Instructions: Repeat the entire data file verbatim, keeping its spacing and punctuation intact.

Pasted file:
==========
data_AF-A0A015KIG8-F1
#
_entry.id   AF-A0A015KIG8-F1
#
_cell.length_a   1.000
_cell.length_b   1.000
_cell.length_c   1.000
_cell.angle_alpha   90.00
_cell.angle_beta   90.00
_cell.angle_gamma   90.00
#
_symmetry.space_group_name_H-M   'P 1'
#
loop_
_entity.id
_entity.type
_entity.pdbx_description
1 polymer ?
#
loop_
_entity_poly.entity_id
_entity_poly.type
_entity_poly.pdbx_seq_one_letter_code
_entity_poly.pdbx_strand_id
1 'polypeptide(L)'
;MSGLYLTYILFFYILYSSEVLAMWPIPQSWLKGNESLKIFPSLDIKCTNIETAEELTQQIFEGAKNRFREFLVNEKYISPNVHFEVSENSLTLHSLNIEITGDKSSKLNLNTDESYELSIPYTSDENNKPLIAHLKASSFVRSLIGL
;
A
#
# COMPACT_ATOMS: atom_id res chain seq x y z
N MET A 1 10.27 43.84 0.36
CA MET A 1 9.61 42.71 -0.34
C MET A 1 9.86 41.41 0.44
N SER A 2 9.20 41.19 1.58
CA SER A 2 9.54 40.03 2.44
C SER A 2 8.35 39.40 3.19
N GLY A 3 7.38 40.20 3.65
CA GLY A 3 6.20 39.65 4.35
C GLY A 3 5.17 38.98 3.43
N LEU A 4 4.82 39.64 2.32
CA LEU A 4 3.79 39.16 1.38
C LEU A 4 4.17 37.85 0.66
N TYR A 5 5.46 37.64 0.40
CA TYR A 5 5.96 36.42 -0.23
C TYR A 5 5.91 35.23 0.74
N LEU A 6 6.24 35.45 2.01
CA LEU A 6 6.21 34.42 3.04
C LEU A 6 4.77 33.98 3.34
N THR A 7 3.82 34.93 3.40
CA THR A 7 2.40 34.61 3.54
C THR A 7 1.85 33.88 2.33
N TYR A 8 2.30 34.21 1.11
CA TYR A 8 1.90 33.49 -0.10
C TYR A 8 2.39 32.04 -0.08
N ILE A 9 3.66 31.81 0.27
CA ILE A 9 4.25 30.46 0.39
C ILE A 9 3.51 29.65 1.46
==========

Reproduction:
data_AF-A0A015KIG8-F1
#
_entry.id   AF-A0A015KIG8-F1
#
_cell.length_a   1.000
_cell.length_b   1.000
_cell.length_c   1.000
_cell.angle_alpha   90.00
_cell.angle_beta   90.00
_cell.angle_gamma   90.00
#
_symmetry.space_group_name_H-M   'P 1'
#
loop_
_entity.id
_entity.type
_entity.pdbx_description
1 polymer ?
#
loop_
_entity_poly.entity_id
_entity_poly.type
_entity_poly.pdbx_seq_one_letter_code
_entity_poly.pdbx_strand_id
1 'polypeptide(L)'
;MSGLYLTYILFFYILYSSEVLAMWPIPQSWLKGNESLKIFPSLDIKCTNIETAEELTQQIFEGAKNRFREFLVNEKYISPNVHFEVSENSLTLHSLNIEITGDKSSKLNLNTDESYELSIPYTSDENNKPLIAHLKASSFVRSLIGL
;
A
#
# COMPACT_ATOMS: atom_id res chain seq x y z
N MET A 1 10.27 43.84 0.36
CA MET A 1 9.61 42.71 -0.34
C MET A 1 9.86 41.41 0.44
N SER A 2 9.20 41.19 1.58
CA SER A 2 9.54 40.03 2.44
C SER A 2 8.35 39.40 3.19
N GLY A 3 7.38 40.20 3.65
CA GLY A 3 6.20 39.65 4.35
C GLY A 3 5.17 38.98 3.43
N LEU A 4 4.82 39.64 2.32
CA LEU A 4 3.79 39.16 1.38
C LEU A 4 4.17 37.85 0.66
N TYR A 5 5.46 37.64 0.40
CA TYR A 5 5.96 36.42 -0.23
C TYR A 5 5.91 35.23 0.74
N LEU A 6 6.24 35.45 2.01
CA LEU A 6 6.21 34.42 3.04
C LEU A 6 4.77 33.98 3.34
N THR A 7 3.82 34.93 3.40
CA THR A 7 2.40 34.61 3.54
C THR A 7 1.85 33.88 2.33
N TYR A 8 2.30 34.21 1.11
CA TYR A 8 1.90 33.49 -0.10
C TYR A 8 2.39 32.04 -0.08
N ILE A 9 3.66 31.81 0.27
CA ILE A 9 4.25 30.46 0.39
C ILE A 9 3.51 29.65 1.46